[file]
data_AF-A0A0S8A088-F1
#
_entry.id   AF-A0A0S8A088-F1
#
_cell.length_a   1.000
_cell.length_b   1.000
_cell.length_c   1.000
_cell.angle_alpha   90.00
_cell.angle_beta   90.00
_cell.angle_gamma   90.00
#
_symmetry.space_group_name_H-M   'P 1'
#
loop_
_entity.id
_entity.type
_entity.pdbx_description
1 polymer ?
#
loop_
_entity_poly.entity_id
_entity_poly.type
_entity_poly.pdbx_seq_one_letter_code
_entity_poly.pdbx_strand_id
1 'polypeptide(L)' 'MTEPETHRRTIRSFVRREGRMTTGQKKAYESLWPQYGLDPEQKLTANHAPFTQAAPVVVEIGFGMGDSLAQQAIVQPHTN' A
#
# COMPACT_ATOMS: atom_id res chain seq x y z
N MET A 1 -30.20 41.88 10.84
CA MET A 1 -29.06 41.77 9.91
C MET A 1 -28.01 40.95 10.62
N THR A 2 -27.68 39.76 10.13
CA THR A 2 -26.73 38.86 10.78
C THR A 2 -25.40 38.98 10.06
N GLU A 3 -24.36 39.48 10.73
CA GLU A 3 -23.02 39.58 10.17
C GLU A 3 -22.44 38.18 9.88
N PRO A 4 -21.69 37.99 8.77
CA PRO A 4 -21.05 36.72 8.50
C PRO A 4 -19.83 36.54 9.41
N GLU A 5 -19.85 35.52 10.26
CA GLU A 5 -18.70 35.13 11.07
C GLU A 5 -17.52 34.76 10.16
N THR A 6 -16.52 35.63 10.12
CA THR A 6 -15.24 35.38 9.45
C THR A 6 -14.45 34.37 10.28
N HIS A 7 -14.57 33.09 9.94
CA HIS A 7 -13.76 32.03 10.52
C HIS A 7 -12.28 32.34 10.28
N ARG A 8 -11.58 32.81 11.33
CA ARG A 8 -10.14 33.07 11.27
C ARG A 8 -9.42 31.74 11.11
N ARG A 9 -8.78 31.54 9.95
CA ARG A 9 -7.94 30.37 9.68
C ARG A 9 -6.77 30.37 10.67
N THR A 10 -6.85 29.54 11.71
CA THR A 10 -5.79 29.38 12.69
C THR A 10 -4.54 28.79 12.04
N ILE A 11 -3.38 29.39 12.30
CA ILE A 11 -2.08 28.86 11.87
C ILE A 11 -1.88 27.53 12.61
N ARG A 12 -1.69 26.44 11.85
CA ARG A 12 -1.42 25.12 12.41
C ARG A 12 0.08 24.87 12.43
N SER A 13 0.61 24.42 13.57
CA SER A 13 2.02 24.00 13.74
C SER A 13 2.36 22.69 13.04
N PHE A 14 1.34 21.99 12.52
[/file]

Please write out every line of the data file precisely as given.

data_AF-A0A0S8A088-F1
#
_entry.id   AF-A0A0S8A088-F1
#
_cell.length_a   1.000
_cell.length_b   1.000
_cell.length_c   1.000
_cell.angle_alpha   90.00
_cell.angle_beta   90.00
_cell.angle_gamma   90.00
#
_symmetry.space_group_name_H-M   'P 1'
#
loop_
_entity.id
_entity.type
_entity.pdbx_description
1 polymer ?
#
loop_
_entity_poly.entity_id
_entity_poly.type
_entity_poly.pdbx_seq_one_letter_code
_entity_poly.pdbx_strand_id
1 'polypeptide(L)' 'MTEPETHRRTIRSFVRREGRMTTGQKKAYESLWPQYGLDPEQKLTANHAPFTQAAPVVVEIGFGMGDSLAQQAIVQPHTN' A
#
# COMPACT_ATOMS: atom_id res chain seq x y z
N MET A 1 -30.20 41.88 10.84
CA MET A 1 -29.06 41.77 9.91
C MET A 1 -28.01 40.95 10.62
N THR A 2 -27.68 39.76 10.13
CA THR A 2 -26.73 38.86 10.78
C THR A 2 -25.40 38.98 10.06
N GLU A 3 -24.36 39.48 10.73
CA GLU A 3 -23.02 39.58 10.17
C GLU A 3 -22.44 38.18 9.88
N PRO A 4 -21.69 37.99 8.77
CA PRO A 4 -21.05 36.72 8.50
C PRO A 4 -19.83 36.54 9.41
N GLU A 5 -19.85 35.52 10.26
CA GLU A 5 -18.70 35.13 11.07
C GLU A 5 -17.52 34.76 10.16
N THR A 6 -16.52 35.63 10.12
CA THR A 6 -15.24 35.38 9.45
C THR A 6 -14.45 34.37 10.28
N HIS A 7 -14.57 33.09 9.94
CA HIS A 7 -13.76 32.03 10.52
C HIS A 7 -12.28 32.34 10.28
N ARG A 8 -11.58 32.81 11.33
CA ARG A 8 -10.14 33.07 11.27
C ARG A 8 -9.42 31.74 11.11
N ARG A 9 -8.78 31.54 9.95
CA ARG A 9 -7.94 30.37 9.68
C ARG A 9 -6.77 30.37 10.67
N THR A 10 -6.85 29.54 11.71
CA THR A 10 -5.79 29.38 12.69
C THR A 10 -4.54 28.79 12.04
N ILE A 11 -3.38 29.39 12.30
CA ILE A 11 -2.08 28.86 11.87
C ILE A 11 -1.88 27.53 12.61
N ARG A 12 -1.69 26.44 11.85
CA ARG A 12 -1.42 25.12 12.41
C ARG A 12 0.08 24.87 12.43
N SER A 13 0.61 24.42 13.57
CA SER A 13 2.02 24.00 13.74
C SER A 13 2.36 22.69 13.04
N PHE A 14 1.34 21.99 12.52